We finished the day off at the Luxembourg gardens for a brief stroll watching kids race sail boats, lovers kissing, people reading books, and many just relaxing in the many chairs spread around the beautiful park.
The next day we strolled the Champs Elysees and went to the Arc de Triomphe where we not only enjoyed the immensity of the arc, but also watching the crazy traffic in Place de l’Etoile. The arc was built to commerate Napoleon’s victories and was started in 1806 but not completed till 1836. On Tuesday, since the weather was looking promising, we visited Montmartre, a touristy but charming neighborhood of Paris, complete with its basilica and artists of all kinds. We wandered around the many shops, ate a Nutella crepe, and passed by the famous Moulin Rouge (the French cabaret known for cancan dancing).
Basilica of the Sacre Coeur, Montmatre (above and below)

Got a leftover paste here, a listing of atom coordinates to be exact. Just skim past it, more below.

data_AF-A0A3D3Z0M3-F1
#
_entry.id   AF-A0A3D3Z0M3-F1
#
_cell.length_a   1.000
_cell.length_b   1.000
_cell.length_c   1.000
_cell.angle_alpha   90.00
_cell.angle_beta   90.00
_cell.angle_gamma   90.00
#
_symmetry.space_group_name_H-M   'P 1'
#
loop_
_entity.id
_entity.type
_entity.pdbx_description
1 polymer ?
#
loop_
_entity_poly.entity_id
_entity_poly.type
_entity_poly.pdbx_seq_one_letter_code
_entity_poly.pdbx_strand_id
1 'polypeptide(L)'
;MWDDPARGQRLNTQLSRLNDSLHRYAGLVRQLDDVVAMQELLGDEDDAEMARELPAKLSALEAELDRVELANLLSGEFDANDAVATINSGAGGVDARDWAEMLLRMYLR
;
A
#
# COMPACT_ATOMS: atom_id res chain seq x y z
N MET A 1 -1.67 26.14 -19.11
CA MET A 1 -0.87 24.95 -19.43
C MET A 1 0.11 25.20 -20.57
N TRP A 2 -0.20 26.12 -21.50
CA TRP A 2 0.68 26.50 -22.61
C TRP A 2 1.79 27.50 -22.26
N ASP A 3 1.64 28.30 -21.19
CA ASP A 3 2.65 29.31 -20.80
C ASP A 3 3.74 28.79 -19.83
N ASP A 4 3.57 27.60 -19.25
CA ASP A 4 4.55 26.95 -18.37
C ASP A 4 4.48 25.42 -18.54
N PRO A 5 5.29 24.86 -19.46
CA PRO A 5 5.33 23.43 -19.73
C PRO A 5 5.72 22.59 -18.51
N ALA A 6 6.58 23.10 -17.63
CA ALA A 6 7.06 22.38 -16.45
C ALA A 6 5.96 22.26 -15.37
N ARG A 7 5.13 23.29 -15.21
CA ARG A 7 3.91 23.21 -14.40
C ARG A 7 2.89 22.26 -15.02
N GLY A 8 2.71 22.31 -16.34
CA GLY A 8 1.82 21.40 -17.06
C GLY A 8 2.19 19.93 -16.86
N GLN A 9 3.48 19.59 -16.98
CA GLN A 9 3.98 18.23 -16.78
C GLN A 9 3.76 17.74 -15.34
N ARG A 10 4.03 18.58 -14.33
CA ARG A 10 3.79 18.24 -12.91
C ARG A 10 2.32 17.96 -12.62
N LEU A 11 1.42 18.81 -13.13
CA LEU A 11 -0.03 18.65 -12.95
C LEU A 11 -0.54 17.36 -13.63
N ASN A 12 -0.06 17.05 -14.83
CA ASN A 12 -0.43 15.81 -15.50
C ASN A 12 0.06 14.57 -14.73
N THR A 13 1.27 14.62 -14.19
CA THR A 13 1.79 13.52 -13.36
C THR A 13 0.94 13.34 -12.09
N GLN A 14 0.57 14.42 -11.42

Montmatre orange tiger
Old mill in Montmartre
We had to move to another apartment the next day, so we went to the Seine early and caught the first boat cruise we could find. The narrative was good explaining all the sights along the river and the weather fantastic.
Pont Alexander III, the most beautiful bridge of Paris (above)
Notre Dame Cathedral (above and below)
After the cruise, we ran back to the apartment to eat, check out, and get our luggage. We shlepped them down the narrow streets, trying avoid cars, people, and yes, dog shit (people in Paris very rarely pick it up – that’s the city’s job!). We showed up at the apartment just slightly late, but our landlord was nowhere to be found. Almost resigned to having to hit the streets and look for wifi with luggage in-tow, Sylvie said “French people usually put the key under the mat, so look there”. Voila! We let ourselves in and 2 minutes later the plumber showed up letting us know the toilet didn’t work and he wasn’t sure if he could fix it. Apparently our landlord not only forgot to mention the toilet situation, but that he wouldn’t be there and the key (for us and the plumber) would be under the mat (ahhh, French service). It all worked out in the end, we were able to jump on the metro and tour the Latin Quarter that afternoon. We ate dinner in a rather touristy area and then walked back to our apartment along the Seine, taking in Paris at night.